September 21st, 2009 | by Anna Kramer
As I write this from a borrowed office near Manhattan’s UN plaza, a police officer leans against the window a few feet away. I can hear the crackle of her radio and the tap of her nightstick against the glass; I can see her stance, weary yet alert. For the last hour, she’s been carefully eyeing each pedestrian who wanders past.
Because of this week’s UN General Assembly, including a high-level climate summit that begins tomorrow, the neighborhood is full of police officers guarding newly erected metal barriers. With more than 100 world leaders in town—including President Obama—security is understandably tight.
I also noticed this extra security at today’s Climate Week NYC opening ceremony, where celebrities and world leaders (including Rt. Hon. Tony Blair, Hugh Jackman, and UN Secretary General Ban Ki-Moon) kicked off a week of climate change events. In just one day, I’d gone from a grassroots stunt led by Oxfam campaigners and featuring thousands of volunteer activists—the Human Countdown in Central Park—to an invite-only panel that showcased the voices of power.
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September 16th, 2009 | by Anna Kramer
This weekend in New York City, I’m going to be part of something truly unusual. I’ll be one of more than 2,000 people who will form a moving human sculpture of our world in a race against time: a massive, living planet earth and hourglass. Called the Human Countdown, this event will be broadcast by media outlets around the world, and will send an urgent message to leaders that time is running out to take action on climate change.
Why is now such a crucial time? Because, two days after this event, world leaders are gathering in New York for the UN Climate Summit—the first in a series of key moments when presidents and prime ministers will make major decisions about the future of our planet. Leaders, including President Obama, are meeting in New York and Pittsburgh in September and in Copenhagen in December, where they will decide whether or not to stop the clock on climate change.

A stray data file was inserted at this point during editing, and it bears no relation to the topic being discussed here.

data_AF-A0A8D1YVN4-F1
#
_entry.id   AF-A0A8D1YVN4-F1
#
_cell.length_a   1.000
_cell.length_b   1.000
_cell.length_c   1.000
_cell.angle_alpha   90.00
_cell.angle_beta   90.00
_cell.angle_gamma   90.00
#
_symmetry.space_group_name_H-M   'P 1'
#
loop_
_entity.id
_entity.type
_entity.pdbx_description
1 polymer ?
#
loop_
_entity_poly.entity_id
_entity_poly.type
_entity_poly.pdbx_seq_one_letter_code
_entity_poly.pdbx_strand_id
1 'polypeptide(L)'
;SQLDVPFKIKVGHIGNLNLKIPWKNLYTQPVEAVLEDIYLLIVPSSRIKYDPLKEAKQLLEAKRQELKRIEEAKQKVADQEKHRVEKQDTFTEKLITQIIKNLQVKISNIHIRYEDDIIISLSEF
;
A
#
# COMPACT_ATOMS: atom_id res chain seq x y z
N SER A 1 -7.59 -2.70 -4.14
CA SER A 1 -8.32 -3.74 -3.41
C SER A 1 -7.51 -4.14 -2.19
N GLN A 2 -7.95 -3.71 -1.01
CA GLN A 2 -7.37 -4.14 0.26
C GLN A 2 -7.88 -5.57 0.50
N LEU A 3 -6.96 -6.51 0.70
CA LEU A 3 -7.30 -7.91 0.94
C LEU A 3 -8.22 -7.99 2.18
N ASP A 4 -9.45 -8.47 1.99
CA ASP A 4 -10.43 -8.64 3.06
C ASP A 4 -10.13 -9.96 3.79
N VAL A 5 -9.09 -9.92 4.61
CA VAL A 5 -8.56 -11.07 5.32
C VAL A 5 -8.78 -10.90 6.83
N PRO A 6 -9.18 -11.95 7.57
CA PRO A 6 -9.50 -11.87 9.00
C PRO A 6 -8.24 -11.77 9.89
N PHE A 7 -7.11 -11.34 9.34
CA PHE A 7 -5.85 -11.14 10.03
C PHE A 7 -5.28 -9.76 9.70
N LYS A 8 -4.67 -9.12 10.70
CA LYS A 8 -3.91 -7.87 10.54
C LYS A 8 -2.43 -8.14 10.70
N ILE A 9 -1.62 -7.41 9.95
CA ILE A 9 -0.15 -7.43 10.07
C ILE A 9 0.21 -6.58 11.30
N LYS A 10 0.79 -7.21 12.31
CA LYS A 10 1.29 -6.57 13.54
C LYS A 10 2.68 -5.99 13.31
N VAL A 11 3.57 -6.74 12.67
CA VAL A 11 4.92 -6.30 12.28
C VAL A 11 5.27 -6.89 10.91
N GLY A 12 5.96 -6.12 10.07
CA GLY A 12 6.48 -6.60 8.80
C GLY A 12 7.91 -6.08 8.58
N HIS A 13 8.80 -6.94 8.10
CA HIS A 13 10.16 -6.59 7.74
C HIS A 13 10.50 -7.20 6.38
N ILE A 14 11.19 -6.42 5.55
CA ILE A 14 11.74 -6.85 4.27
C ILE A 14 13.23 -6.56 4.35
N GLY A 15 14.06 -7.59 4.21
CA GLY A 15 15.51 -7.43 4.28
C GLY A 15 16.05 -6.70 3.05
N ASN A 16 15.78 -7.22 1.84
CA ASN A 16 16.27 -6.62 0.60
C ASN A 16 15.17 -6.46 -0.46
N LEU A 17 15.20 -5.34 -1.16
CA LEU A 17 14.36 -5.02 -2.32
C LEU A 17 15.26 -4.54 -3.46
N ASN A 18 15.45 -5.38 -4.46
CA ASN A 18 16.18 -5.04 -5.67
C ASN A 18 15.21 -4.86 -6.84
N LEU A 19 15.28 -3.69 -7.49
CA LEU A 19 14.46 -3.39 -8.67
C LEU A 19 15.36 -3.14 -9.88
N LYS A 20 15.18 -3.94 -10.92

I’ll be there, blogging about the event for Oxfam. And if you’re concerned about climate change—especially the way it’s already affecting poor people here and abroad—I hope you’ll be there too. Having just come back from Ethiopia, where I saw communities facing increasingly severe drought, I feel a new sense of urgency to get away from my desk and actually do something about it.
The Human Countdown will be held at the Wollman Rink in Central Park on Sunday, September 20, and will feature national and international speakers, celebrities, and great music. Sign up to be part of it on our website—hope to see you there.
July 17th, 2009 | by Coco McCabe
Beds crowd a bare room at a clinic in Congo where rape survivors receive medical and psychological care. Photo by Liz Lucas/Oxfam America
I’ve been thinking about a string of words that appeared in the headline of an Oxfam press release on the Democratic Republic of Congo earlier this week: “Rape, forced labor, reprisal attacks, and torture.” They describe the surge in brutality civilians have endured from all sides since the start of the year when the Congolese government began a UN-backed military offensive against a rebel group in the conflict-torn eastern provinces of the country.
I’ve been to Congo. I’ve seen the conditions in those eastern provinces. I’ve heard many painful stories about the hardships and trauma people there live with daily. So why has that headline rattled me? Read the rest of this entry »
December 30th, 2008 | by Anna Kramer
Marina Nyandwi, 70, weaver and resident of Mugunga Camp, Goma, DRC, pictured with her grandsons. Photo: Rankin / Oxfam
Here’s Oxfam’s Louis Belanger blogging for the Huffington Post, on what the UN must do to help civilians in the conflict-torn Democratic Republic of Congo: